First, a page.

We finally completed rebuilding our 2002 Salem 31BH (no slideouts - see pictures in posting Salem Water Damage http://www.forestriverforums.com/for...ted=1#post6954
) and had our first opportunity to take it for a trip this weekend to a local campground (we stayed dry during the entire weekend it rained!!), and almost didnít make it due to vehicle sway. Beyond towing a much smaller pop-up, this is my first experience towing a trailer so I was looking for some pointers on where to begin looking for issues.
My tow vehicle is a stock 2004 Chevy Tahoe 5.3LT V8 4WD (not the ZZ1) with automatic transmission, and the dealer I purchased the trailer from installed a Prodigy brake controller, a Draw-Tite 66130 Strait-Line 1500 lbs. Trunnion Bar Hitch and Dual Cam HP to provide for sway control and weigh distribution similar to this link (http://www.draw-tite.com/menu/produc...tent=accessory
Upon reaching 45 on the highway, I could see in the rear view mirror the trailer was swaying side to side, and if I went over 55mph, it got so bad I had a tough time trying to recover from the sway as it began to physically affect the vehicle making it very difficult to recover.
When I purchased the trailer and towed it off the dealerís lot, I do not remember similar issues although this was last year. If you read my previous posting, when I purchased the trailer, all the wood in the exterior walls and the ceiling were saturate with water so they had to be replaced including some of the flooring (I used ĹĒ 5 ply plywood for roof instead of OSB). I havenít weighed the vehicle yet (next month) but I perceive that with the water logged wood gone, the trailer has to weigh less then it did when I purchased it. In regards to additional weight, beyond bedding, a stock in a small pantry area, I added three bikes, a Coleman road-mate grill, and a few chairs (all of which is stored between the front door and the front of the camper in the middle of the camper) there is no added weight, and all tanks were empty.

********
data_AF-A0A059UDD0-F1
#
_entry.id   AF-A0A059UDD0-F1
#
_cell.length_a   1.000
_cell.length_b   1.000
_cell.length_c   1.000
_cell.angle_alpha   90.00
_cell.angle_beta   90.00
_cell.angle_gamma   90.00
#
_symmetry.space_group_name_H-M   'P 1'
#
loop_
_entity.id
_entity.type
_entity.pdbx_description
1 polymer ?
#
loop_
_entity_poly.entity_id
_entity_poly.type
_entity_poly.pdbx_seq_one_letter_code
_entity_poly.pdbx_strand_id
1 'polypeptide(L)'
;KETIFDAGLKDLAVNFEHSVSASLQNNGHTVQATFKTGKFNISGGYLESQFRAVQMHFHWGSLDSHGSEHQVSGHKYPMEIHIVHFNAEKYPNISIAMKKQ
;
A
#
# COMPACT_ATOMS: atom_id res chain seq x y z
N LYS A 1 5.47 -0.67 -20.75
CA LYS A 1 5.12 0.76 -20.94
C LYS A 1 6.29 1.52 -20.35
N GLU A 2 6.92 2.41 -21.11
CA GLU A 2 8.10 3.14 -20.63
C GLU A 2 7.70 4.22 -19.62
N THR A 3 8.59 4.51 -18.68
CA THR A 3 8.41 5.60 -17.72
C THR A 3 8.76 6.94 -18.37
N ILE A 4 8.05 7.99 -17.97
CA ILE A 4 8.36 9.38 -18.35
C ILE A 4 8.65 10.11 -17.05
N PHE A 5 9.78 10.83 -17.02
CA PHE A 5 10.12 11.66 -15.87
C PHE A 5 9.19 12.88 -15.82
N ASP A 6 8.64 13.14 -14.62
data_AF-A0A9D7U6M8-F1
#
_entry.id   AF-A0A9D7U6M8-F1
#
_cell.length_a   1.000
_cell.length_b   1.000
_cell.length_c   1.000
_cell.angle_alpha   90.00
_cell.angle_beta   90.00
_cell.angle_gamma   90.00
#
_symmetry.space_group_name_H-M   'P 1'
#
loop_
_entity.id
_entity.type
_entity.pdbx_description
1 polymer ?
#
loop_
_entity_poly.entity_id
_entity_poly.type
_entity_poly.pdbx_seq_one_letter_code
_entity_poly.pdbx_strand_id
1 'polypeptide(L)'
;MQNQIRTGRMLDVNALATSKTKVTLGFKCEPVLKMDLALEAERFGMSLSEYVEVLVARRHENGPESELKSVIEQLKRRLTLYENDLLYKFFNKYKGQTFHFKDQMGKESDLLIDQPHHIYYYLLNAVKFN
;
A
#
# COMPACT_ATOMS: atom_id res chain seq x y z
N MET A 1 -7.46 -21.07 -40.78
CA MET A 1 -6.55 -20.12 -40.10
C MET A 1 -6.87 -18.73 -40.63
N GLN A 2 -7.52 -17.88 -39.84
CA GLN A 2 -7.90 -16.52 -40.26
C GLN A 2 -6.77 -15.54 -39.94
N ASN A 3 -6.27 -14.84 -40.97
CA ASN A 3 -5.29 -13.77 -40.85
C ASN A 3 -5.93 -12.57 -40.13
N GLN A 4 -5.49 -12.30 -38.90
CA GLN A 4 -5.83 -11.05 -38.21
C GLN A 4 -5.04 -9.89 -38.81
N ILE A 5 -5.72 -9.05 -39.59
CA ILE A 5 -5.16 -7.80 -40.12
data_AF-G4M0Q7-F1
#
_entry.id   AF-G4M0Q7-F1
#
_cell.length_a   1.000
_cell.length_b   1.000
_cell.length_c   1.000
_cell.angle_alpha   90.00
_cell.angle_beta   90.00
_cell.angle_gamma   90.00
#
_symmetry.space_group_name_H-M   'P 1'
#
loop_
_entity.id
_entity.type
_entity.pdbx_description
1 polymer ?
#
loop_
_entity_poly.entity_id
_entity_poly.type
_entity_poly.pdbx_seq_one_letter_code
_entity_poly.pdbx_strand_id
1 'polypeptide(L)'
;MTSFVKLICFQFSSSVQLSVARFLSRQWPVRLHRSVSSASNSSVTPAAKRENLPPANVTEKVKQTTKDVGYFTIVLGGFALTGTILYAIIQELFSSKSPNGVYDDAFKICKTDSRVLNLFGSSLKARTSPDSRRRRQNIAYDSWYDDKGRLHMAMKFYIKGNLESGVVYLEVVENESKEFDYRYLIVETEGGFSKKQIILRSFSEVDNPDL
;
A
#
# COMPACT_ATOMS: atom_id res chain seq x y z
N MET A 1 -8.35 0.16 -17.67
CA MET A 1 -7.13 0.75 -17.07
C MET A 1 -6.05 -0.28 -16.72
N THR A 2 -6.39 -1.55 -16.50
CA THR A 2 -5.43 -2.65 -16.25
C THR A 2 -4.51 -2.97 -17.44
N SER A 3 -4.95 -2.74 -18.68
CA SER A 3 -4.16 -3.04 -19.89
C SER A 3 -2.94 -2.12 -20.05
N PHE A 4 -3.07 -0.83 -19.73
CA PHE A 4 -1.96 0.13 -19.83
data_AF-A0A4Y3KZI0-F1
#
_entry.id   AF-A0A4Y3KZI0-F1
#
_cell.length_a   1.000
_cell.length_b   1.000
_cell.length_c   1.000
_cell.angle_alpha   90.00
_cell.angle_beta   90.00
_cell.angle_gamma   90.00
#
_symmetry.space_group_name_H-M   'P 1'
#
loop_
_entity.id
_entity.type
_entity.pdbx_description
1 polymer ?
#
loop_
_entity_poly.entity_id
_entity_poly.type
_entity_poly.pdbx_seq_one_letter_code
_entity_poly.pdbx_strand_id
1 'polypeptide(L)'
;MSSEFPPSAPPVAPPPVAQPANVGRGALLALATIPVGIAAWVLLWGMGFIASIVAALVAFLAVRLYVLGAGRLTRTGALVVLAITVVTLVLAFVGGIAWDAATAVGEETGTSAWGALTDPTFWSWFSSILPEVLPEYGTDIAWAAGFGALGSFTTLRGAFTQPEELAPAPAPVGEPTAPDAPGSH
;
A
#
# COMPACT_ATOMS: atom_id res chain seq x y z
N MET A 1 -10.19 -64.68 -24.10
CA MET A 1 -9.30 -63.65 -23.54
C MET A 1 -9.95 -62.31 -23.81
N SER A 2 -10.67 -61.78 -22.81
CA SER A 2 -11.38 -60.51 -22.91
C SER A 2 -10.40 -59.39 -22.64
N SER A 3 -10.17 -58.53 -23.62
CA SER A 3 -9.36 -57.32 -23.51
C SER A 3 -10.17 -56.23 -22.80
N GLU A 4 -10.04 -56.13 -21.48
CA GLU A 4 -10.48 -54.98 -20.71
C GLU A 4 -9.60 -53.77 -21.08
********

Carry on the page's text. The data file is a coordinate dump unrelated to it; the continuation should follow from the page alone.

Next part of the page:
Additionally, I had to replace the original tires with four new Good Year Marathonís and changed my trucks tires to Firestone Destination A/T tires as the old ones were in need of replacing as the original owner spent some time hitting too many curbs and not rotating them.
Iíve been reading up on the comments regarding using a Tahoe for towing, and still cant come up with enough data to decide. I agree the wheel base may affect things, but I initially didnít have an issue when I first purchased the camper. The question I have, as I have seen Tahoeís towing bigger trailers, where do I begin to troubleshoot this? I assume it could be the truck tires, the trucks rear suspension (although the truck only goes down about ĹĒ when the full load is on the truck), the hitch system, and even the trailer itself, so any suggestions would be helpful as I really donít want to give up the trailer after all the work I have put into it, but also love the truck tooÖ
BTW, no disrespect towards pop-ups, as I loved mine, but beyond the towing issue, the advantages to the setup and teardown of my Salem in comparison to the pop-up, as well as the convienience and confort the Salem offered(I do miss my heated matresses), I dont know if I could ever go back to a pop-up even if gas went to $6 per gallon...